Written by someone who has looked up at the inside of the tube of a breaking wave from a cruising sailboat a few minutes after the owner said, "It's my boat, I'll sail it where I damn well please and, if you don't like it, you can sit in the cabin."
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post #88 of 191 Old 05-20-2013
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Re: My Horror Story

How long were you at Ortega? We bought our boat there in August and spent about 2 months traveling up there to work on her. If you've been there a year, it's likely we met.

We made the same trip you are, from the same marina, with similar destinations and less experience. The boat we bought at Ortega was our first and sailing her south from Ortega was the first time we sailed a boat on our own, so we had some lessons too.

Fortunately for us, the community at Ortega was awesome and everyone there gave us a lot of good advice on planning and such, so we planned our departure to go with the tide, which in our case bought us 2 or 3 knots. Had we not done that, we would have likely made many of the same mistakes. What's worse, the winds were not favorable and we had to motor with our 6hp outboard much of the way (our boat is 27ft, close to 8000lbs). I was a nervous wreck most of the way and found that contributed to a lot of the mistakes we made.

My general suggestion is to chill out and take everything in stride, take a deep breath. We ran aground too, but we saw some cool birds and my wife learned to stay closer to the markers and GPS. Lesson learned.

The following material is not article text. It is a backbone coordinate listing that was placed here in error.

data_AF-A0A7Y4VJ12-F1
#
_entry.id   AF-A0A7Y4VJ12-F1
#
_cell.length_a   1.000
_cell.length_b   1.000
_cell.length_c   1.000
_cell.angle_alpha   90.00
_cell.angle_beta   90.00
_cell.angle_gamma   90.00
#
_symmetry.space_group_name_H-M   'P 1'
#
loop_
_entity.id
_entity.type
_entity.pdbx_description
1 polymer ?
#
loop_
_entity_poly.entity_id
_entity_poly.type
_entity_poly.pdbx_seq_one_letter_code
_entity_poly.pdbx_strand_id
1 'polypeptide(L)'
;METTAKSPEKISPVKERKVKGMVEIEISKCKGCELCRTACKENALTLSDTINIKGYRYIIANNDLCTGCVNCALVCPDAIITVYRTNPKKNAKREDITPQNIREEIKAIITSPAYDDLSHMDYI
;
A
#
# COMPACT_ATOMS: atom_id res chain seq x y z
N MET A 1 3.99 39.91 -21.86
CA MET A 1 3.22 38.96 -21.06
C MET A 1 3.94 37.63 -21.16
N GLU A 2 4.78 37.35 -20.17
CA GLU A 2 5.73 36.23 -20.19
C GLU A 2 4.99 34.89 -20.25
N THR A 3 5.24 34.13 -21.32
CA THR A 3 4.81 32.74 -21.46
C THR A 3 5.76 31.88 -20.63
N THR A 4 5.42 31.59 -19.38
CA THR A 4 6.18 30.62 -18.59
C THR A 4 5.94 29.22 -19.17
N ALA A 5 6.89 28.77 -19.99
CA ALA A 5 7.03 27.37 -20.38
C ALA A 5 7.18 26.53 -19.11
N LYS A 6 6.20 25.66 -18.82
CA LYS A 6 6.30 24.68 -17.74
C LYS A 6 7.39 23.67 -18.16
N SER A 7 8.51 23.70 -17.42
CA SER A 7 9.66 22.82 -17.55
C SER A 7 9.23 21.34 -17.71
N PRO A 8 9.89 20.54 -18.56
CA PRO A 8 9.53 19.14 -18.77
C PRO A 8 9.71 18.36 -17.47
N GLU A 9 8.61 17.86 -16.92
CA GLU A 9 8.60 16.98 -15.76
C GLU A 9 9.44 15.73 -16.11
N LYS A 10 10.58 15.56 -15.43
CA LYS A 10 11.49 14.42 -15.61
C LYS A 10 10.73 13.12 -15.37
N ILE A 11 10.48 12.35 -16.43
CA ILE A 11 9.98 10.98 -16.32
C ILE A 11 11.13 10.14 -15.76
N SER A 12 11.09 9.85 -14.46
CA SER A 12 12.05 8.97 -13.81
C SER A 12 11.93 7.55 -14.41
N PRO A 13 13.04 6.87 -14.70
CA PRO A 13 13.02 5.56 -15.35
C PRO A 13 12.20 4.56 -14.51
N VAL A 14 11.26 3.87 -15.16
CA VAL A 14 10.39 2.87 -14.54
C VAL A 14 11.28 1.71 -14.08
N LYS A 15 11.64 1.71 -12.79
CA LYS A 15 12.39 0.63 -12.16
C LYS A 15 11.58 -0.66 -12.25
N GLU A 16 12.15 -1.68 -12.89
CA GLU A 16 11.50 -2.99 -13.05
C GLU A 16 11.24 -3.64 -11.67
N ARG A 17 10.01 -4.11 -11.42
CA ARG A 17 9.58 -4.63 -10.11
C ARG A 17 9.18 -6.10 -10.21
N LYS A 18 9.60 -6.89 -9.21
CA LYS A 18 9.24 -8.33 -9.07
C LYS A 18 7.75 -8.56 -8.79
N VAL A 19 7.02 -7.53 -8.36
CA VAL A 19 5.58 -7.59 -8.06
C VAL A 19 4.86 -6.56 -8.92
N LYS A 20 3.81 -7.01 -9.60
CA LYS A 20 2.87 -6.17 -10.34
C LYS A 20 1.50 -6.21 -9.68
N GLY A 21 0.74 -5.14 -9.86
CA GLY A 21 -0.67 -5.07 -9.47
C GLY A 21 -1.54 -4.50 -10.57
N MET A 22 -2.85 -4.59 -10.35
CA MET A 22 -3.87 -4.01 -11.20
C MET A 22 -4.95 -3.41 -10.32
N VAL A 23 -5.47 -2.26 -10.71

As I mentioned in your other thread, keep an eye out for the entrance to the ICW, if you take it. Apparently it used to be well marked, I don't know when that was but it wasn't the case when we got there. There is also a restricted area nearby (or was 6 months ago) and submerged rocks. It is not anything to be worried about, but you need to keep a keen eye out and make sure you don't pass it, we almost did. We got there at low tide, I'd imagine most of the rocks would be submerged at high tide, so don't make any shortcuts.

Sea Tow is invaluable, but keep in mind they take 1-2 hours to arrive. We were 5 miles from one of their boats in JAX beach and it took them over an hour to arrive. They were awesome, but don't expect speedy service, I'd flag down another boater while you wait and call to let Sea Tow know you've been pulled off. I'd say with almost certainty you will run aground, more likely depending on what kind of equipment you have. The ICW in that area is not well maintained and you have to use your intuition to figure out how to follow the markers. If you have a GPS and stick to the marked channel, you'll be fine. The Sea Tow captains are also really helpful if you call ahead and need advice on certain areas, which I'd advise prior to arriving in St Augustine, as that area can be deceiving depth wise.